time the shell might have been carried by a marine current of average
swiftness to a distance of 660 geographical miles. As this Helix has a thick
calcareous operculum I removed it, and when it had formed a new mem-
braneous one, I again immersed it for fourteen days in sea-water, and again
it recovered and crawled away. Baron Aucapitaine has since tried similar
experiments. He placed 100 land-shells, belonging to ten species, in a box
pierced with holes, and immersed it for a fortnight in the sea. Out of the
hundred shells twenty-seven recovered. The presence of an operculum
seems to have been of importance, as out of twelve specimens of Cyclostoma
elegans, which is thus furnished, eleven revived. It is remarkable, seeing
how well the Helix pomatia resisted with me the salt water, that not one of
fifty-four specimens belonging to four other species of Helix tried by Aucapi-
taine recovered. It is, however, not at all probable that land-shells have
often been thus transported; the feet of birds offer a more probable method.


The most striking and important fact for us is the affinity of the species
which inhabit islands to those of the nearest mainland, without being


actually the same. Numerous instances could be given. The Galapagos
Archipelago, situated under the equator, lies at the distance of between
500 and 600 miles from the shores of South America. Here almost every
product of the land and of the water bears the unmistakable stamp of the
American continent. There are twenty-six land birds. Of these twenty-one,
or perhaps twenty-three, are ranked as distinct species, and would com-
monly be assumed to have been here created; yet the close affinity of most
of these birds to American species is manifest in every character in their
habits, gestures, and tones of voice. So it is with the other animals, and
with a large proportion of the plants, as shown by Dr. Hooker in his ad-
mirable Flora of this archipelago. The naturalist, looking at the inhabitants
of these volcanic islands in the Pacific, distant several hundred miles from
the continent, feels that he is standing on American land. Why should this
be so? Why should the species which are supposed to have been created
in the Galapagos Archipelago, and nowhere else, bear so plainly the stamp
of affinity to those created in America? There is nothing in the conditions
of life, in the geological nature of the islands, in their height or climate, or
in the proportions in which the several classes are associated together, which
closely resembles the conditions of the South American coast. In fact, there
is a considerable dissimilarity in all these respects. On the other hand, there
is a considerable degree of resemblance in the volcanic nature of the soil,
in the climate, height, and size of the islands, between the Galapagos and
Cape Verde Archipelagoes: but what an entire and absolute difference in
their inhabitants! The inhabitants of the Cape Verde Islands are related
to those of Africa, like those of the Galapagos to America. Facts, such as
these, admit of no sort of explanation on the ordinary view of independent
creation; whereas, on the view here maintained, it is obvious that the Gala-
pagos Islands would be likely to receive colonists from America, whether by
occasional means of transport or (though I do not believe in this doctrine)
by formerly continuous land, and the Cape Verde Islands from Africa; such
colonists would be liable to modification — the principle of inheritance still
betraying their original birthplace.

Many analogous facts could be given: indeed, it is an almost universal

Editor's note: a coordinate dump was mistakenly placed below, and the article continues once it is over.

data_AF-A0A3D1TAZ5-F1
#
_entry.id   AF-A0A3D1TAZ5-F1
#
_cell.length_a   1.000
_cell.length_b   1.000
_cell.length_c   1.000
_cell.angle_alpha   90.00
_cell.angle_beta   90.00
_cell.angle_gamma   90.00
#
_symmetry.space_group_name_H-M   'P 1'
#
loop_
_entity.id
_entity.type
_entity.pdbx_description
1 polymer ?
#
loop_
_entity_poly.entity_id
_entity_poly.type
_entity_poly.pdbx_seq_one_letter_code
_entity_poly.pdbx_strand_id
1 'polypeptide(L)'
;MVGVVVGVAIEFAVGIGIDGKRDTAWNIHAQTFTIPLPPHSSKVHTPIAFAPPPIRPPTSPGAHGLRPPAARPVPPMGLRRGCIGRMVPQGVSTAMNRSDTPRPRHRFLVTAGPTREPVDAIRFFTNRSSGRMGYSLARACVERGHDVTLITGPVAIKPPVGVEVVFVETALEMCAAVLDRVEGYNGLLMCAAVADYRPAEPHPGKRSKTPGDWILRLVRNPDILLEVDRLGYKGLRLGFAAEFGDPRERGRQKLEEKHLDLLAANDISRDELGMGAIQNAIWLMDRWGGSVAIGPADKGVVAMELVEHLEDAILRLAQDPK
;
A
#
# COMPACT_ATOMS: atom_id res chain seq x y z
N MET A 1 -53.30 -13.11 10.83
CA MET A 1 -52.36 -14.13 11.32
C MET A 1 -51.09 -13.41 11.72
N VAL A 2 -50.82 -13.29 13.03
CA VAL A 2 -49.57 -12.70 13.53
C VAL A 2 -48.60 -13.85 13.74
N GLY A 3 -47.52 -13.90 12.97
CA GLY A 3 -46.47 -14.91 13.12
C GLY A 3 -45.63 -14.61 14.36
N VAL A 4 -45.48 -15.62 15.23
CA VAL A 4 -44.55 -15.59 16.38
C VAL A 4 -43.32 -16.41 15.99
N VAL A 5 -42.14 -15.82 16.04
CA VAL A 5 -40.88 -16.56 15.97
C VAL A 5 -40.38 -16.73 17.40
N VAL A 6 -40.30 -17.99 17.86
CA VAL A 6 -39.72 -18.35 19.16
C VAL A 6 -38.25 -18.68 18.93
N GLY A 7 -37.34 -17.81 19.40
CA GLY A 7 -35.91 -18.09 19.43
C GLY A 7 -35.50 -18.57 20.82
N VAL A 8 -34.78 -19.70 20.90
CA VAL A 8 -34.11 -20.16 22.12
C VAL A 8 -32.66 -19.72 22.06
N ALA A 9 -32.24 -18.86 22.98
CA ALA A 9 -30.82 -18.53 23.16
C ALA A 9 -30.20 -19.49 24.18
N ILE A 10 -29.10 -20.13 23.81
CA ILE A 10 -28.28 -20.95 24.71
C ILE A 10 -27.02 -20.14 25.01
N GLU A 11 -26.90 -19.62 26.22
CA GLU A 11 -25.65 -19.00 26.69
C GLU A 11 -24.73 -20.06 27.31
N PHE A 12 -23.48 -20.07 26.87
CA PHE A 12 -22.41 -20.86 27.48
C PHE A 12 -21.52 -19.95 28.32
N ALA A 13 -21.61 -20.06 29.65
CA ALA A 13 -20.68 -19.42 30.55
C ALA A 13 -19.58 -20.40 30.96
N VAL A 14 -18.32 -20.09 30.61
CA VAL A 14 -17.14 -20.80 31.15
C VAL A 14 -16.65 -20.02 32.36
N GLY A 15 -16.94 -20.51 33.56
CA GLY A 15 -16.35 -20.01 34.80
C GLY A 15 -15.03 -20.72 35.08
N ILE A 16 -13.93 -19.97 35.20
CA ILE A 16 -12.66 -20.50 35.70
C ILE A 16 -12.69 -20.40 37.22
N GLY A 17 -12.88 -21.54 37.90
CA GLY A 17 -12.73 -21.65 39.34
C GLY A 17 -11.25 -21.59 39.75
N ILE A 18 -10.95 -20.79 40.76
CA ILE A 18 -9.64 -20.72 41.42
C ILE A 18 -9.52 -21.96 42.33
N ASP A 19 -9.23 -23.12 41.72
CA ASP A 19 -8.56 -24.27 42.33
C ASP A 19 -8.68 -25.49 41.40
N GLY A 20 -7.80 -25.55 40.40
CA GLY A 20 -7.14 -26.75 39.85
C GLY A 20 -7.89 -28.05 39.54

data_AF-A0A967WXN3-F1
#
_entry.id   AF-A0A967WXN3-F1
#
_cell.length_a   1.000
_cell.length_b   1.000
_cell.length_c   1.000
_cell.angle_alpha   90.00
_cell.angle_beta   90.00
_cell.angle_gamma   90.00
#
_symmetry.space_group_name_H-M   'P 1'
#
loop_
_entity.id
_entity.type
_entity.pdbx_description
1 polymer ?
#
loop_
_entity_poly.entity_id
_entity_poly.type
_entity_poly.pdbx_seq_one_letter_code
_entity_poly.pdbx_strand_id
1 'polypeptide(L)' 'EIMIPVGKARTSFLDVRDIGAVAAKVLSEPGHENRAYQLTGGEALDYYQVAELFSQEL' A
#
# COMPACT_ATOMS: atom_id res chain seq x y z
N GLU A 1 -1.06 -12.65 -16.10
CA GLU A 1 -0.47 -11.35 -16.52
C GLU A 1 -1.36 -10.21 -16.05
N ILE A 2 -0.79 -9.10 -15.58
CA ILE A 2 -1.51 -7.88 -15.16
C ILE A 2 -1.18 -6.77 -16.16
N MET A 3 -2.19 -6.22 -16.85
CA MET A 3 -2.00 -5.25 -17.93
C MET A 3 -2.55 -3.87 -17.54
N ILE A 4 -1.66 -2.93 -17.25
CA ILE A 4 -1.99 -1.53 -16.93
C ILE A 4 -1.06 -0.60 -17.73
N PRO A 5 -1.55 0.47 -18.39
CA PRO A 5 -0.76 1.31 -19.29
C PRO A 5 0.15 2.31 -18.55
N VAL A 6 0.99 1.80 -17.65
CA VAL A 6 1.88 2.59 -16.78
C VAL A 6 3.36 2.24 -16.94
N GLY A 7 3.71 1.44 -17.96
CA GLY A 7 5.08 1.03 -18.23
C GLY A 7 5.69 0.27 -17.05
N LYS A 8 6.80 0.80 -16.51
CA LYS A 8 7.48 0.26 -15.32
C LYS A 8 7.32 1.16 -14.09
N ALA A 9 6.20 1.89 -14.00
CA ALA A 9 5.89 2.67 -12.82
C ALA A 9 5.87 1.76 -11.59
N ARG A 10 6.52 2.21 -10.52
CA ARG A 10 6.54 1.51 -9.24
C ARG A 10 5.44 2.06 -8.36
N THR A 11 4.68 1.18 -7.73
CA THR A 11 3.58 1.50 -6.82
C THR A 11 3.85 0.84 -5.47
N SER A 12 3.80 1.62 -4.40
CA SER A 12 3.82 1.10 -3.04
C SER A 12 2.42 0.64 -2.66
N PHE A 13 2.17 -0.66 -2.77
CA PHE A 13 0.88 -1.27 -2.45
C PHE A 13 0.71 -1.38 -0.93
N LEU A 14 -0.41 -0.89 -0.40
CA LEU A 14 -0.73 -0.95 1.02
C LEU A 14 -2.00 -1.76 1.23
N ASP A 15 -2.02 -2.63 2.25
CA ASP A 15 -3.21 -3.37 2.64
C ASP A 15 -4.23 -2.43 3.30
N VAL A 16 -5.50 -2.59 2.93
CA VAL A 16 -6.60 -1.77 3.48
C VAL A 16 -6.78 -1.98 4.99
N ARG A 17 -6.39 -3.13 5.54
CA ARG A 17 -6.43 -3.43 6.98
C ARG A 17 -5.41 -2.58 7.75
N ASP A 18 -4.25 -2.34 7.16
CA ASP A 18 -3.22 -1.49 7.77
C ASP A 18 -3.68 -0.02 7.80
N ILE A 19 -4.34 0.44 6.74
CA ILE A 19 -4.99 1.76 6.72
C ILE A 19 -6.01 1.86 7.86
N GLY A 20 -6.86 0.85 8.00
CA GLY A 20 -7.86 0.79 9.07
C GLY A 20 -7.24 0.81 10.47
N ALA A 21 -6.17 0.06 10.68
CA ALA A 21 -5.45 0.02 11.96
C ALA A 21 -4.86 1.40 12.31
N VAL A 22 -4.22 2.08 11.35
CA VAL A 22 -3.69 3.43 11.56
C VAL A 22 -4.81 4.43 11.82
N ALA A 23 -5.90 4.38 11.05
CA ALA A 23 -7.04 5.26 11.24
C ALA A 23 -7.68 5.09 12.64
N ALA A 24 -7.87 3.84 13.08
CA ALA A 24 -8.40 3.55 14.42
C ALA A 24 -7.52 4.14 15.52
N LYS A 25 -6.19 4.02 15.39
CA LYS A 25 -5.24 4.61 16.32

rule that the endemic productions of islands are related to those of the near-
est continent, or of the nearest large island. The exceptions are few, and
most of them can be explained. Thus, although Kerguelen Land stands
nearer to Africa than to America, the plants are related, and that very
closely, as we know from Dr. Hooker's account, to those of America: but
on the view that this island has been mainly stocked by seeds brought with
earth and stones on icebergs, drifted by the prevailing currents, this anomaly
disappears. New Zealand in its endemic plants is much more closely related
to Australia, the nearest mainland, than to any other region : and this is
what might have been expected; but it is also plainly related to South
America, which, although the next nearest continent, is so enormously re-
mote, that the fact becomes an anomaly. But this difficulty partially dis-
appears on the view that New Zealand, South America, and the other


southern lands, have been stocked in part from a nearly intermediate though
distant point, namely, from the Antarctic Islands, when they were clothed
with vegetation, during a warmer tertiary period, before the commence-
ment of the last Glacial period. The affinity, which, though feeble, I am
assured by Dr. Hooker is real, between the flora of the southwestern corner
of Australia and of the Cape of Good Hope, is a far more remarkable case;
but this affinity is confined to the plants, and will, no doubt, some day be

The same law which has determined the relationship between the inhabit-
ants of islands and the nearest mainland, is sometimes displayed on a small
scale, but in a most interesting manner, within the limits of the same
archipelago. Thus each separate island of the Galapagos Archipelago is
tenanted, and the fact is a marvellous one, by many distinct species; but
these species are related to each other in a very much closer manner than
to the inhabitants of the American continent, or of any other quarter of
the world. This is what might have been expected, for islands situated so
meat to each other would almost necessarily receive immigrants from the
same original source and from each other. But how is it that many of the
immigrants have been differently modified, though only in a small degree,
the islands situated within sight of each other, having the same geological
nature, the same height, climate, etc.? This long appeared to me a great
difficulty: but it arises in chief part from the deeply-seated error of con-